The concept of gentrification, which has recently been expanded beyond residential displacement to address issues of equitable access to public spaces, is deemed an environmental justice issue. Environmental gentrification presents a new threat to economically vulnerable areas looking to add parks, recreation, or green space to their neighborhoods because gentrification may attract newcomers who displace existing residents from public spaces as well as from housing. Consequently, park, recreation, and leisure scholars should study this phenomenon. A systematic review was conducted to assess current knowledge regarding relationships among gentrification and park, recreation, and leisure spaces. A search of three databases uncovered 27 articles. Little leisure scholarship was found, representing an opportunity for leisure scholars to promote environmental justice. Six themes derived from the articles described how policy can negatively impact residents, how strategies can prevent gentrification, and how research methods to study gentrification can impact how results are interpreted.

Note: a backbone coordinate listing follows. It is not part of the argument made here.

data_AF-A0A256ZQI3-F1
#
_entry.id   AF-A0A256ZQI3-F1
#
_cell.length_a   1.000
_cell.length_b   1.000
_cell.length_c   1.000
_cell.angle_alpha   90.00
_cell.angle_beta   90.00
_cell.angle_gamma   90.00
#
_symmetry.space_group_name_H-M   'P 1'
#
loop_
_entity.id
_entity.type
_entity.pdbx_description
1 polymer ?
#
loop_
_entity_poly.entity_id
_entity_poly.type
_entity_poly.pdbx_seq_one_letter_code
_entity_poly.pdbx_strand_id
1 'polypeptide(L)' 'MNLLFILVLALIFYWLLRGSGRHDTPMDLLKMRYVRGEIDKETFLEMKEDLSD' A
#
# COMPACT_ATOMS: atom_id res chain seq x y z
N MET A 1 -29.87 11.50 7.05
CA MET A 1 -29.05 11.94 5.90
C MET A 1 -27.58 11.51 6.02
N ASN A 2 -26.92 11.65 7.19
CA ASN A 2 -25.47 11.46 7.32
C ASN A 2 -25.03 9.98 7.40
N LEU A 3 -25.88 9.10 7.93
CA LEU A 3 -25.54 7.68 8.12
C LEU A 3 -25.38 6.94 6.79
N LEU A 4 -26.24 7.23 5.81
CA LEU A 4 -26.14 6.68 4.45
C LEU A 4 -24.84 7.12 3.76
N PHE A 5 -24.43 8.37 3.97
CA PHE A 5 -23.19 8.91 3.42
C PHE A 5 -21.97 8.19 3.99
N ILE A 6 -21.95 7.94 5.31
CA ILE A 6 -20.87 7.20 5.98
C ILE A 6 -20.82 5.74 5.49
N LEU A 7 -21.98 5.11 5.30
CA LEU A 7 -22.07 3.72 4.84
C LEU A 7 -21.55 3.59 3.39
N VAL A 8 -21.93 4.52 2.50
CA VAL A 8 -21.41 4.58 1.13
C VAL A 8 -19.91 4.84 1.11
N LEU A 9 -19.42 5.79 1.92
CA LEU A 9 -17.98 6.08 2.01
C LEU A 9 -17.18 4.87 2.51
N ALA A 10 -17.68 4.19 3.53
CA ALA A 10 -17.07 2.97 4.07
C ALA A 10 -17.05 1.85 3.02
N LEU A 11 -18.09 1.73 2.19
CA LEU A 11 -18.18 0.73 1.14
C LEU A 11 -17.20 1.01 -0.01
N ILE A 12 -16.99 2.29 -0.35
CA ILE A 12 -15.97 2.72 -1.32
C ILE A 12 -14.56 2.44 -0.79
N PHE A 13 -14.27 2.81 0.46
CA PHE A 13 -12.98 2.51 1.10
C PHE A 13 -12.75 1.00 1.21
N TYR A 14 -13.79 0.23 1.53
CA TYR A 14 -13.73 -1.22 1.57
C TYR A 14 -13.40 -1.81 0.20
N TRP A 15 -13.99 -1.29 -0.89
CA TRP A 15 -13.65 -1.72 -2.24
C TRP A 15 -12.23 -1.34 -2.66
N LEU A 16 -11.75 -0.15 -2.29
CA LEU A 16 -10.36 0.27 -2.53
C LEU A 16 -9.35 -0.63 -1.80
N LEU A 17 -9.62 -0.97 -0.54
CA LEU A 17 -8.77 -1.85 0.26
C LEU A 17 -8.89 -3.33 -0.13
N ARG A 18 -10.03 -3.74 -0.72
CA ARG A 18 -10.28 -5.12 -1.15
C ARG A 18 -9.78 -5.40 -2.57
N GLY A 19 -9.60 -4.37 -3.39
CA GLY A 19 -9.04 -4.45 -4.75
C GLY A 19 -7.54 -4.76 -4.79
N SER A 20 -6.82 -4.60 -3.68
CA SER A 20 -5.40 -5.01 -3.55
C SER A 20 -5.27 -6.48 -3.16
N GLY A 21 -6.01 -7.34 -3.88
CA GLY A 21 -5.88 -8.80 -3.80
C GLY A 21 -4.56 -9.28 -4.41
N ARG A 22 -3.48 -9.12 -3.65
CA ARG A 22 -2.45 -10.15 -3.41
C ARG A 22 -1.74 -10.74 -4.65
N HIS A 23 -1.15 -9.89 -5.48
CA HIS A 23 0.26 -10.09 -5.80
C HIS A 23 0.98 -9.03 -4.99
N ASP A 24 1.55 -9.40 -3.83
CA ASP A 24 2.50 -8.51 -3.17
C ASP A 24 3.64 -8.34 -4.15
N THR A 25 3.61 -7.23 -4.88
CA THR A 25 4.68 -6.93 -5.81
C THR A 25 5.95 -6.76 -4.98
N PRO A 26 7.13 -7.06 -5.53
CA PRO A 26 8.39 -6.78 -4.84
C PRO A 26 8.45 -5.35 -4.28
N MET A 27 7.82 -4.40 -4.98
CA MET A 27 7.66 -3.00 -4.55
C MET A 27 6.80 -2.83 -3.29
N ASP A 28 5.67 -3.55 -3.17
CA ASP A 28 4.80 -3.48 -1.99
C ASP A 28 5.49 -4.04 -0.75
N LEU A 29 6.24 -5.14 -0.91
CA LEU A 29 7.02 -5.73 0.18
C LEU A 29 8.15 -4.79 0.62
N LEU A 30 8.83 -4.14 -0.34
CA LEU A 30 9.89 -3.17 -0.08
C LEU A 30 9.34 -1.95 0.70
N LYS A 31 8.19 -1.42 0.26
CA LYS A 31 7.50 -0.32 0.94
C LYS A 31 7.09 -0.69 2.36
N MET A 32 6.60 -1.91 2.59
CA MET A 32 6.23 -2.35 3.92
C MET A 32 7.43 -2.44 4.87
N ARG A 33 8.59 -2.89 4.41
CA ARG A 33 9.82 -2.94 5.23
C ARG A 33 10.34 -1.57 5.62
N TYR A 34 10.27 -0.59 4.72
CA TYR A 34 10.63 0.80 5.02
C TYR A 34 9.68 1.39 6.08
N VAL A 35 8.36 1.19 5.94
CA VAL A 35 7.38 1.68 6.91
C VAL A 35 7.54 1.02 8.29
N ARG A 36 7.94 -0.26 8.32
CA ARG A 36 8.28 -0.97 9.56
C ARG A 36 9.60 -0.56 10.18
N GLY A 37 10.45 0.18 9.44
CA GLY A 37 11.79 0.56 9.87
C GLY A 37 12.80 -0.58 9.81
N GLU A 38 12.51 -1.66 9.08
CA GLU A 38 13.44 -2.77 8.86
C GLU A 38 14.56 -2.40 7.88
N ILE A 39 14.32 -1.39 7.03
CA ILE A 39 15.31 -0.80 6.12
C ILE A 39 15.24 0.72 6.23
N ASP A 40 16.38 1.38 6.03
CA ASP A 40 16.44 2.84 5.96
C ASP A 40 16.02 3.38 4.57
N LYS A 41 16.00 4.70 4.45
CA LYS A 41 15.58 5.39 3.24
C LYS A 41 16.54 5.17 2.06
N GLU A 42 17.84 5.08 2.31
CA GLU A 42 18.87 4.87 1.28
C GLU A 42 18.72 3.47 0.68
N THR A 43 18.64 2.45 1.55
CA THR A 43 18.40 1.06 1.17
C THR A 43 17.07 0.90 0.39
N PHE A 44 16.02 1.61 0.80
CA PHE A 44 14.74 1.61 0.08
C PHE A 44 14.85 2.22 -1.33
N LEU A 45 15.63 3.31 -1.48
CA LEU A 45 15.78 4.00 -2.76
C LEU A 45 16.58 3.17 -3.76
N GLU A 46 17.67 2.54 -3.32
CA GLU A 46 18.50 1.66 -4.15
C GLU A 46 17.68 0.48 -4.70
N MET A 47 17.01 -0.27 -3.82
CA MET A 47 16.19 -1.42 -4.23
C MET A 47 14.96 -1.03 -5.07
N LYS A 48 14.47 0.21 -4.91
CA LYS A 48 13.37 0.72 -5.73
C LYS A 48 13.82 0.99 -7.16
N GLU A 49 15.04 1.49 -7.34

All Science Journal Classification (ASJC) codes
- Environmental Science (miscellaneous)
- Sociology and Political Science
- Tourism, Leisure and Hospitality Management